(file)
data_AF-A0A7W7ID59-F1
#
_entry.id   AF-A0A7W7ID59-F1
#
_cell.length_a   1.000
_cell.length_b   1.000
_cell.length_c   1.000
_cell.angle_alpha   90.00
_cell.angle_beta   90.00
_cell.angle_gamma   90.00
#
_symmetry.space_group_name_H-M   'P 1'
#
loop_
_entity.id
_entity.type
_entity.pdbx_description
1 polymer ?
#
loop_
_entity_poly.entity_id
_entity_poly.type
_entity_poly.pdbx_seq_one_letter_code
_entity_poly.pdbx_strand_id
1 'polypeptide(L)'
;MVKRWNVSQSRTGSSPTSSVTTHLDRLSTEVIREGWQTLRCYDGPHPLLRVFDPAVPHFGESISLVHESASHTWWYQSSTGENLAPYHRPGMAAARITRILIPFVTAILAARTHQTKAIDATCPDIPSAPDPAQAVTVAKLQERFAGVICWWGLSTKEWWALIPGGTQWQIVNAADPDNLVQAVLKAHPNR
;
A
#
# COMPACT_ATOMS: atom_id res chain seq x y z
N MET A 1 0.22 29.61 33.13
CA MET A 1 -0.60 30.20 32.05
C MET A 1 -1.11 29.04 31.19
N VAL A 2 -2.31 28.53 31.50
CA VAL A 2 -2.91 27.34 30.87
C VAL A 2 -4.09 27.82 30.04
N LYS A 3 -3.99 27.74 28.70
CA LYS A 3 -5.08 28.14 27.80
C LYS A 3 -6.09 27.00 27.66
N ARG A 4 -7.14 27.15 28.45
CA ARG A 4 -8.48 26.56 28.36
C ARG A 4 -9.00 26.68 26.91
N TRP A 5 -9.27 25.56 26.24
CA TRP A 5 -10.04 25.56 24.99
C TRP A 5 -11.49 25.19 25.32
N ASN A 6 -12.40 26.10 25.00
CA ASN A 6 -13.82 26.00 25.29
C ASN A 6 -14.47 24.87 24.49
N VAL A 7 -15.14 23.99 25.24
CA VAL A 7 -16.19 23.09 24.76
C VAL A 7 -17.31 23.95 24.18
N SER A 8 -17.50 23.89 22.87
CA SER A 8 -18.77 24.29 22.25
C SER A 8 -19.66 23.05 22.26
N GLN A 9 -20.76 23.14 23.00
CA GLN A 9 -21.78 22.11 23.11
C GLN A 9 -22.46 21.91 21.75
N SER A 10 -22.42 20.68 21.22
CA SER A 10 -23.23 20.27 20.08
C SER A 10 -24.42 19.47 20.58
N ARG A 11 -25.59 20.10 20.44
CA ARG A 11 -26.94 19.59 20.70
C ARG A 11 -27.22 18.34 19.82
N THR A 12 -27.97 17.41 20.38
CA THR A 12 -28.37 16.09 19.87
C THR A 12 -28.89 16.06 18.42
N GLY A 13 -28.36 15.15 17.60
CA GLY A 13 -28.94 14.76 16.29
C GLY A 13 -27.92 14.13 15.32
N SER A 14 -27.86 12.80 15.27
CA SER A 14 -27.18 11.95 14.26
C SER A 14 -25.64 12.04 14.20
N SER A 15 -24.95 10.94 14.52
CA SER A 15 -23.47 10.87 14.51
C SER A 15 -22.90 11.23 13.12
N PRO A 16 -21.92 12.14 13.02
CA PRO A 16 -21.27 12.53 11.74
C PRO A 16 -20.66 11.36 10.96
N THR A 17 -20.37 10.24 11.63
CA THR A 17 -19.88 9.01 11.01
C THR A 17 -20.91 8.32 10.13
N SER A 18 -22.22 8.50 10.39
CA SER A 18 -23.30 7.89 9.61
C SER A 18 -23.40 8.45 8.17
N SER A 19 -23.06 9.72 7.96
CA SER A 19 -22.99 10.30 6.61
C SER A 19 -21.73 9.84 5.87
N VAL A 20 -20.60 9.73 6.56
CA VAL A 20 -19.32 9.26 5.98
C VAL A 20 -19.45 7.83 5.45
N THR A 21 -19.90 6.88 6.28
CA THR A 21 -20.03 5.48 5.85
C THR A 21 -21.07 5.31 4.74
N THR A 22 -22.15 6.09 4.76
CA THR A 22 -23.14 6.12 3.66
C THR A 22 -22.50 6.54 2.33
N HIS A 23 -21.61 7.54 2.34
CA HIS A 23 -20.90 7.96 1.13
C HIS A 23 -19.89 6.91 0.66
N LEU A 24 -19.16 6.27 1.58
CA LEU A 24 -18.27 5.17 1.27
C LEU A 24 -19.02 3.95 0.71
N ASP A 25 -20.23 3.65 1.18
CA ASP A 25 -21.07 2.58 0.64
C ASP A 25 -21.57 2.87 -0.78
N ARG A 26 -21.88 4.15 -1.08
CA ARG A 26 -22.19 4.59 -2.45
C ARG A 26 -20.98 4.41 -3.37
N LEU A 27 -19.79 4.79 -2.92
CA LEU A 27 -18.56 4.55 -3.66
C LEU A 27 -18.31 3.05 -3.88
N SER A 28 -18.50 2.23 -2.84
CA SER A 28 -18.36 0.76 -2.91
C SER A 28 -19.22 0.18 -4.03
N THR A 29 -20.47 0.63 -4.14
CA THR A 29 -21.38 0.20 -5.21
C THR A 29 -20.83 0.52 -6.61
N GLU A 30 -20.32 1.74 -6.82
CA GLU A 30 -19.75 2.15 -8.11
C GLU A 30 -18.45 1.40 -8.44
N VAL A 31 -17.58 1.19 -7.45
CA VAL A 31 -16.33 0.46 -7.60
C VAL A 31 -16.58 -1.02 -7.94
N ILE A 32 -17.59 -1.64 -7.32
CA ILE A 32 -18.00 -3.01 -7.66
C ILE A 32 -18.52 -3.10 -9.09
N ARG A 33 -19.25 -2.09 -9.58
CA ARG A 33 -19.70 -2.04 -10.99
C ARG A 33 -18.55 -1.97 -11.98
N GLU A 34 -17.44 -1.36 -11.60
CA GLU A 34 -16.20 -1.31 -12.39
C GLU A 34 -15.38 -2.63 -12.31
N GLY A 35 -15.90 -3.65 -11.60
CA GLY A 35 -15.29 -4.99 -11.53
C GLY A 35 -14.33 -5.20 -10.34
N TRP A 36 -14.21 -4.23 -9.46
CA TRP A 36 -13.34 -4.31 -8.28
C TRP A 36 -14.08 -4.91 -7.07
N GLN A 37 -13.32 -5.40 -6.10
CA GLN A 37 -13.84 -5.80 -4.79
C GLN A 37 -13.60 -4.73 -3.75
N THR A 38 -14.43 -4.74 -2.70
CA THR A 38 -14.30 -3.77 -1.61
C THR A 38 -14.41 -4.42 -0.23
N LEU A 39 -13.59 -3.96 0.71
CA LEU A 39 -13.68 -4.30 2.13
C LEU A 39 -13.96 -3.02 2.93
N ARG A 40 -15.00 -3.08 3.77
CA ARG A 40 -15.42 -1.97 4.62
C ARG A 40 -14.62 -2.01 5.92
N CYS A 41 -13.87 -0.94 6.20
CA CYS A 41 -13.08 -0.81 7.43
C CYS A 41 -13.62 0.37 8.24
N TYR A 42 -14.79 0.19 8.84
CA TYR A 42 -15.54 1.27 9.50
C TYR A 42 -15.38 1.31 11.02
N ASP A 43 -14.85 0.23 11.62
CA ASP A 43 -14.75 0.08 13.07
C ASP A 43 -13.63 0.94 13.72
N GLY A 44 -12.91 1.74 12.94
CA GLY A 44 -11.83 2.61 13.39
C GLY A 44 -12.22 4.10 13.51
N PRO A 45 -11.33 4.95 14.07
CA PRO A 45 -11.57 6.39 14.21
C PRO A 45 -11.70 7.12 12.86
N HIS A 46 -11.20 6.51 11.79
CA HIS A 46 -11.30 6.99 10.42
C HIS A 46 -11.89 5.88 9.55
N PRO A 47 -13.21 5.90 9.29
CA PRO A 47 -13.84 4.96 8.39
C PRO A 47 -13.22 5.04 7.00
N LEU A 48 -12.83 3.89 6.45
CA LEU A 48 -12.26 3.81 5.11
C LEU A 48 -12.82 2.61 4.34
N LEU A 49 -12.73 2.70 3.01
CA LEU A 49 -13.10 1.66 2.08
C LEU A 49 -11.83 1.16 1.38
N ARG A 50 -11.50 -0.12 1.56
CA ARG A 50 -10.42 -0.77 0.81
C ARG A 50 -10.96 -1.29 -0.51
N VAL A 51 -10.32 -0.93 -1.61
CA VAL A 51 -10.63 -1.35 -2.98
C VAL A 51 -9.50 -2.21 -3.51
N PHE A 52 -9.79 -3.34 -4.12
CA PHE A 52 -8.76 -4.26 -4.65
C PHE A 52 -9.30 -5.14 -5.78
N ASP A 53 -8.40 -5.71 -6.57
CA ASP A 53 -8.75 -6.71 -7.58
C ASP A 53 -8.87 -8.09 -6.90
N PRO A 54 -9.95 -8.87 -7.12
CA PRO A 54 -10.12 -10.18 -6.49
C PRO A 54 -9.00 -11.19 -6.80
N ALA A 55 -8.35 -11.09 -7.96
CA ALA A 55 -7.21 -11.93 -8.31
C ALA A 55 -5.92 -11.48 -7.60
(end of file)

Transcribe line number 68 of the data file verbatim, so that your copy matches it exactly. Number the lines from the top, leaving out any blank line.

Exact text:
CA GLY A 13 -28.94 14.76 16.29